The Farmessori at NNMS is an urban farm located a few blocks from the main building. Through their cooperative work on the farm, students learn essential skills such as growing produce, understanding the food cycle, and learning botany in a hands-on way. The Farmessori connects with our school’s social justice and sustainability curriculum. Lessons lead to engaging conversations about sustainability, stewardship of the earth and equal access to good nutrition.
Students of all levels learn to care for chickens and honey bees. During the warm months, students are busy cultivating and harvesting a wide variety of vegetables and flowering plants. Throughout the Winter, students maintain crops inside the Farmessori’s greenhouses, nurture seedlings in grow labs located throughout the school, and finally transport those seedlings into the gardens when Spring arrives. This authentic experience connects to classroom lessons on plant classification, flower and seed anatomy, root types, the water cycle, and ecology.
Junior High students working in the Sandwich Shoppe make an effort to plan meals for students and staff based around the seasonal Farmessori harvest. Produce from the Farmessori is harvested and preserved so that it may be used year-round both in Sandwich Shoppe and Community Exchange. Junior High students also sell farm fresh produce to the NNMS community at a market stand in the fall. In this way, students have the opportunity to participate in an authentic farm to table partnership.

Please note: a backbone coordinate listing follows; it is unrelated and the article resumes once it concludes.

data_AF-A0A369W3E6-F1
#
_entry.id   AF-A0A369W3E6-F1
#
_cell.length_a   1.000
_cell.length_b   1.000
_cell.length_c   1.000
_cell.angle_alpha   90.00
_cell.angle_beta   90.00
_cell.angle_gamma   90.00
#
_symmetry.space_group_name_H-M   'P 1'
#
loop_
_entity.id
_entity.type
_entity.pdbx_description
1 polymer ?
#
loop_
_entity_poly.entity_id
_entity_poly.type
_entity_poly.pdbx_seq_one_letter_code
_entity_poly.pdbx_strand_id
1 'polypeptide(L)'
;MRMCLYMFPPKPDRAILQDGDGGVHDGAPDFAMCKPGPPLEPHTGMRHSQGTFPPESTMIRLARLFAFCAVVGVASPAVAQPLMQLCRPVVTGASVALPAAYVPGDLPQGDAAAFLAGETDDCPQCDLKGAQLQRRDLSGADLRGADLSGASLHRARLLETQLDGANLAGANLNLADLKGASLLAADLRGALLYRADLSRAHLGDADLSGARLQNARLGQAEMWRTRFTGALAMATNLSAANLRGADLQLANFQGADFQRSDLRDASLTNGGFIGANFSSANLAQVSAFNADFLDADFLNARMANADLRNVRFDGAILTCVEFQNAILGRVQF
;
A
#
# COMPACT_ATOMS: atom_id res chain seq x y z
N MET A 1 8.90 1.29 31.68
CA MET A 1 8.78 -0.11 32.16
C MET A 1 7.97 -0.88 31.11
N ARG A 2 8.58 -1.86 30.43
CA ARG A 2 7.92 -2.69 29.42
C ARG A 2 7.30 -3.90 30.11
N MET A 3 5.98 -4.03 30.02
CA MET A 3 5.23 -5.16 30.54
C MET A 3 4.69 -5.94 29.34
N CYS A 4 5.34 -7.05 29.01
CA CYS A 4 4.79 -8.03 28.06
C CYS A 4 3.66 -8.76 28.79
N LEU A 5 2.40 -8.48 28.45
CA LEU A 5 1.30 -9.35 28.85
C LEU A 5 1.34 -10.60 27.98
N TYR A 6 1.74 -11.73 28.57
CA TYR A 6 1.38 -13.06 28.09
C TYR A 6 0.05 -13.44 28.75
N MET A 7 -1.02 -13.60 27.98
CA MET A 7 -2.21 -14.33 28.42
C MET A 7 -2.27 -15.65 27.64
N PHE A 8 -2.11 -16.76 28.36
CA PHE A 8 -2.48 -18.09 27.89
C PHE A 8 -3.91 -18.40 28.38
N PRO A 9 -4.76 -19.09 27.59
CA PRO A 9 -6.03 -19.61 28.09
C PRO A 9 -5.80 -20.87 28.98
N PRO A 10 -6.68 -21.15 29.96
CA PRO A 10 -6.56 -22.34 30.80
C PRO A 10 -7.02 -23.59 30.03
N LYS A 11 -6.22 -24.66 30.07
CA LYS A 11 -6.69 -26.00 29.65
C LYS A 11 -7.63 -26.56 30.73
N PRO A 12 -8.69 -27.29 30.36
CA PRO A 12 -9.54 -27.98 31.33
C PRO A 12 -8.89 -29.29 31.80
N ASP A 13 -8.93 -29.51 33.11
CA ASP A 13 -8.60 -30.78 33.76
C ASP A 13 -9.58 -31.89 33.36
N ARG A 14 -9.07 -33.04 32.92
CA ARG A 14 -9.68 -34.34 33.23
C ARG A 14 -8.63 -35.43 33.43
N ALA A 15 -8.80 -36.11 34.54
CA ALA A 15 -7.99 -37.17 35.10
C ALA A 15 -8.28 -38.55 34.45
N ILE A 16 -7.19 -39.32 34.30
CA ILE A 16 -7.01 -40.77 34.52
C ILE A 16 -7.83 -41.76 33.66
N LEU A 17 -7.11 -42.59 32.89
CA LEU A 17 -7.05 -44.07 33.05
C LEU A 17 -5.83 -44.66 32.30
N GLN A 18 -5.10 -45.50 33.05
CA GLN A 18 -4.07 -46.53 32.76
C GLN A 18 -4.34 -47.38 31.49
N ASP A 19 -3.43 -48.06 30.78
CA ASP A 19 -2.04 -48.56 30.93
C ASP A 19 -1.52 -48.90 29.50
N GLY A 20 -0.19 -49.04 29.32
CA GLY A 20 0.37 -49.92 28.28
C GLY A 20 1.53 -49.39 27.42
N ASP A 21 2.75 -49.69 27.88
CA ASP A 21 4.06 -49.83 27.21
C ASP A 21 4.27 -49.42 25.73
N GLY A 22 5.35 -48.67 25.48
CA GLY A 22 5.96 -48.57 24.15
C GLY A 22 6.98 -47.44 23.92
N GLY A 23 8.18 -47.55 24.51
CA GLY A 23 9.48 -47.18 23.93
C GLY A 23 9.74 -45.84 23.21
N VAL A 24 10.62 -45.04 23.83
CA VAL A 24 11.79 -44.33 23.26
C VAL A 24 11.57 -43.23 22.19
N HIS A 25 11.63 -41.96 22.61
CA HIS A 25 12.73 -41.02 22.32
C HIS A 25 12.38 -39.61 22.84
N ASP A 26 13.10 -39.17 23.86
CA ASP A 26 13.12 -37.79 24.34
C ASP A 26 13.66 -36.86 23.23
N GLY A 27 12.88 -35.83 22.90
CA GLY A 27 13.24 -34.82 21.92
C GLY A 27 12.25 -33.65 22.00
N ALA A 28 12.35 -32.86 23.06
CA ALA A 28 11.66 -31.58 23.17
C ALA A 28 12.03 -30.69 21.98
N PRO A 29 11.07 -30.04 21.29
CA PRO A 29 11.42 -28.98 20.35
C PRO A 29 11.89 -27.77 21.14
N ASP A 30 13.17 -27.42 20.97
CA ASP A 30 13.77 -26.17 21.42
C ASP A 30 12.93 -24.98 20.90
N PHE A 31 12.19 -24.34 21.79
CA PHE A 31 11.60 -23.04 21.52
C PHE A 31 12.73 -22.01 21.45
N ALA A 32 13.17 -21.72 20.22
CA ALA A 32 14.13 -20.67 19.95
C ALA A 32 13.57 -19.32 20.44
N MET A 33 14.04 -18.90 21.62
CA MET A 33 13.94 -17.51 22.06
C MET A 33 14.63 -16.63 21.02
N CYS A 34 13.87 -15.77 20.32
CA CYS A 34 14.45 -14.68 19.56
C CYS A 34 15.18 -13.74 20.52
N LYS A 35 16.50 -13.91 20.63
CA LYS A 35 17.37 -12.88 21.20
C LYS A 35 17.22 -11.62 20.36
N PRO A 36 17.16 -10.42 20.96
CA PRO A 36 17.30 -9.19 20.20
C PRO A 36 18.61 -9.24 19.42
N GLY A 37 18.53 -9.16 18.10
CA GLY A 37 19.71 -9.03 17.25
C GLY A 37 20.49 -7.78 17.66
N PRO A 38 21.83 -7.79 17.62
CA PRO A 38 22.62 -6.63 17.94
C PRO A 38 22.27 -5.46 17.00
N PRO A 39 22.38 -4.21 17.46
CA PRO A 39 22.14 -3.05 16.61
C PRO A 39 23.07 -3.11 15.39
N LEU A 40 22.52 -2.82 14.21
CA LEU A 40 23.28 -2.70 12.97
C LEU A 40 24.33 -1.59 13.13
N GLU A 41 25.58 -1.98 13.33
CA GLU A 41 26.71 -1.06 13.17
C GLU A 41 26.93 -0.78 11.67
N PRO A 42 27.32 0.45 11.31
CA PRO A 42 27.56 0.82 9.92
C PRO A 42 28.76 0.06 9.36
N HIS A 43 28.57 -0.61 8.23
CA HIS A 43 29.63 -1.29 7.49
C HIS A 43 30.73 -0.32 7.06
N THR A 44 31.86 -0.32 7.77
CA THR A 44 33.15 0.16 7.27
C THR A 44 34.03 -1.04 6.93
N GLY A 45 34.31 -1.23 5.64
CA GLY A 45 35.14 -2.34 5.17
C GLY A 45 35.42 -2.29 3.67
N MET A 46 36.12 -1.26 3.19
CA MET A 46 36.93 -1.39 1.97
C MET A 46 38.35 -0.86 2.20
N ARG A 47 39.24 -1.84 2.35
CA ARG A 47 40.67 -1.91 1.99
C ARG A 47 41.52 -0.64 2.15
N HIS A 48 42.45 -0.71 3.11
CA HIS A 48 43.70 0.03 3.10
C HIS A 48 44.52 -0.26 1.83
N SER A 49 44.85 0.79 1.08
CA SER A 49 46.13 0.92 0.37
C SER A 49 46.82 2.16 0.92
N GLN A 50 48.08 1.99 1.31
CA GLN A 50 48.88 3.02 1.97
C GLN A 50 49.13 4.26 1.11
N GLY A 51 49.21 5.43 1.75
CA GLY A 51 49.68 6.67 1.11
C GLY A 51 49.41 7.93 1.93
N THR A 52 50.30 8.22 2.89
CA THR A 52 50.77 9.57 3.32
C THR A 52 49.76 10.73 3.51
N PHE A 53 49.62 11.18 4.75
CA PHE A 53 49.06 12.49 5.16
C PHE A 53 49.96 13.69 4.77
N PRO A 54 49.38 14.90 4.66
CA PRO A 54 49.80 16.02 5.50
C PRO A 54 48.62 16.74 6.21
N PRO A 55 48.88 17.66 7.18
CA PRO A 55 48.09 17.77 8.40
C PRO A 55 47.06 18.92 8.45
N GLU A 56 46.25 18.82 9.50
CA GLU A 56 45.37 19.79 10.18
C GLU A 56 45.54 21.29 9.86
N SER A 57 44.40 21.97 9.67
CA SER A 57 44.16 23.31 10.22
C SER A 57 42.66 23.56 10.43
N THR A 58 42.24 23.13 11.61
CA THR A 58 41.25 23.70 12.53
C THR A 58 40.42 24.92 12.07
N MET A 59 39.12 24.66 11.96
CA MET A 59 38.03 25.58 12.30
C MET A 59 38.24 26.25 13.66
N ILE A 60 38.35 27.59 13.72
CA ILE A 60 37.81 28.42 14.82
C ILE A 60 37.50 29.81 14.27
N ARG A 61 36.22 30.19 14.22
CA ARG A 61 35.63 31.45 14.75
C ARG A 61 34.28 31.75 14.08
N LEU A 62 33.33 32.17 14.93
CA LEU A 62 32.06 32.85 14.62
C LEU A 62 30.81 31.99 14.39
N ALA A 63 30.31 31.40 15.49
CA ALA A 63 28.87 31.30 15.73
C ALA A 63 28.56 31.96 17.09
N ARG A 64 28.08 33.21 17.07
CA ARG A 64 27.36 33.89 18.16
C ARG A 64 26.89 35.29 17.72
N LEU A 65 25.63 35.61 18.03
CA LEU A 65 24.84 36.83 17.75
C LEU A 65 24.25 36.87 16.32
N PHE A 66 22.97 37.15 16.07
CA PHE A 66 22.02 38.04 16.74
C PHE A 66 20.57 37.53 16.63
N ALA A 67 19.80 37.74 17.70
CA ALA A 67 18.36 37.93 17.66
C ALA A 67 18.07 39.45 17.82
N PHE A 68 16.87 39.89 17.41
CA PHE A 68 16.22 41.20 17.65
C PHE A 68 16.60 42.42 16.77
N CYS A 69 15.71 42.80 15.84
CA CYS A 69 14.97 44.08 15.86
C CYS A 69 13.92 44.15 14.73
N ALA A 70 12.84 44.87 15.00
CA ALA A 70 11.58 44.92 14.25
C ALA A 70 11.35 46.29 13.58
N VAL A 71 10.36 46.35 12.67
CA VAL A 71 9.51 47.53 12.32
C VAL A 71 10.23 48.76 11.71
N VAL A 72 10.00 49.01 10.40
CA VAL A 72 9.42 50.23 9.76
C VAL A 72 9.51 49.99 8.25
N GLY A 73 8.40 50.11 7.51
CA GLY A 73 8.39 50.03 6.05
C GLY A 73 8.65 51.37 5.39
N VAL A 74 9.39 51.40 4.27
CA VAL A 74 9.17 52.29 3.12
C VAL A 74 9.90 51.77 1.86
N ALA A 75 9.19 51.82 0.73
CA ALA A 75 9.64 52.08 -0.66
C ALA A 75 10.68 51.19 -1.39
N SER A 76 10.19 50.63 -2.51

To include the entire school community, the Farmessori also operates a CSA (Community Supported Agriculture) volunteer group. In return for working in the garden, NNMS families receive all the produce they can carry home. The zucchini, eggplant, beets, carrots, chives, and other produce come full circle by nourishing the children who cared for them.
For more information on the Farmessori, please contact the Urban Farm Coordinator Joe Phillips at email@example.com.
Meet Joe in this introductory video. View photos of the farm by NNMS parent photographer Julia Tulley here.